Before you get started:
- Use a steel tape measure for best results.
- Gather a step ladder, a sheet of paper, and a pen.
- You can also download our printable worksheet for your convenience.
A guide for all types of windows to get that perfect, custom quality fit.
Before you get started:
3 QUESTIONS YOU'LL ANSWER:
It’s easy to get lost in the details of measuring for draperies. To give you a general idea of the process, understand that you’ll be answering 3 main questions during the steps:
Keep this mind as you proceed. Now, let’s get started.
Draperies can be hung many ways, including from drapery rods, medallions, and some can even be board-mounted. We’ll focus on drapery rods here since those are most common.
Distance from the Ceiling
We usually follow these general recommendations with our clients on how high up to hang their draperies:
This is done to add the illusion of height to a room and to make it look more spacious than it really is. This is of course just a recommendation, but it’s very important for rooms that lack size and natural light.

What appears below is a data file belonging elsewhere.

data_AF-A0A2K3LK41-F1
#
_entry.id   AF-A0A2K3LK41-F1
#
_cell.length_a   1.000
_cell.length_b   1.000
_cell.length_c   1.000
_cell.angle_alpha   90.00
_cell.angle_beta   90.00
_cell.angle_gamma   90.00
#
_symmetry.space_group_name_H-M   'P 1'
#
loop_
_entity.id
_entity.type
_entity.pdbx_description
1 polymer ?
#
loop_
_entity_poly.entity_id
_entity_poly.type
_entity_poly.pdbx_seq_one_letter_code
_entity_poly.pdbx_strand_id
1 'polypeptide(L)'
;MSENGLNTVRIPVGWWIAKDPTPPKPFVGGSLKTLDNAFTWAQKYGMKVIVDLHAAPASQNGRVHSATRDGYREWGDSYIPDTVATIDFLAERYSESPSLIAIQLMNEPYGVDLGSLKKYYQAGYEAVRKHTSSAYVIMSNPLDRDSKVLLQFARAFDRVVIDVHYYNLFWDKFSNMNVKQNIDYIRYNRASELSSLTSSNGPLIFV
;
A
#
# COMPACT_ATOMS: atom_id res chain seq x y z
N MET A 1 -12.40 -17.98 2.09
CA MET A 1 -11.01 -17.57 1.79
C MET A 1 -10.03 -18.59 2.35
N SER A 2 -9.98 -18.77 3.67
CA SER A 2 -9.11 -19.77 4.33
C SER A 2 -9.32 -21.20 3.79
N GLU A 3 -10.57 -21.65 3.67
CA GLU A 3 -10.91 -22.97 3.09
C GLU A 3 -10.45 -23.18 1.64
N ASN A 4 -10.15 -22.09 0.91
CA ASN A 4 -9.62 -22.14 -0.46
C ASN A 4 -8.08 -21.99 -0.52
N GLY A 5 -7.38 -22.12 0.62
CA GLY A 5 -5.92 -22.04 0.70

For windows of varying heights (i.e. transom windows, palladium windows), it’s best to use the tallest window for reference.
Also, it’s best to hang all window treatments in the entire room at the same height in order to make the overall room design coherent. For example, a valance or Roman shade on an adjacent window should be hung at the same height as the draperies.
This rule only applies to outside-mounted window treatments, not window treatments that are hung inside the window.
Distance on the Left and Right Sides
A pair of draperies should frame your window, not cover it. Keep this in mind.
When determining how much wider the draperies need to be than the actual window, remember to work from the inside out. We first start with the window overlap. A 3- to 6-inch overlap is a good rule of thumb. In other words, 3 to 6 inches of the drapery width would directly cover the window, with the rest of it covering the wall. Once the drapery is in place, it assumes its natural width, which we call a stackback.
Review the illustration below, then use the drapery width calculator to determine how wide the rod needs to be for a pair of draperies.
ROD WIDTH CALCULATOR FOR A PAIR:
Fill out the form below, using the illustration above as a guide. All measurements are in inches.
Fullness and Drapery Width
Next, we’ll determine how wide each drapery needs to be using your desired stackback and fullness.
There are many different styles of draperies, and each has a different fullness requirement. But generally speaking, rod pocket draperies require less fullness than those that have more dramatic folds, like pleated, tab top, of flat panel drapes.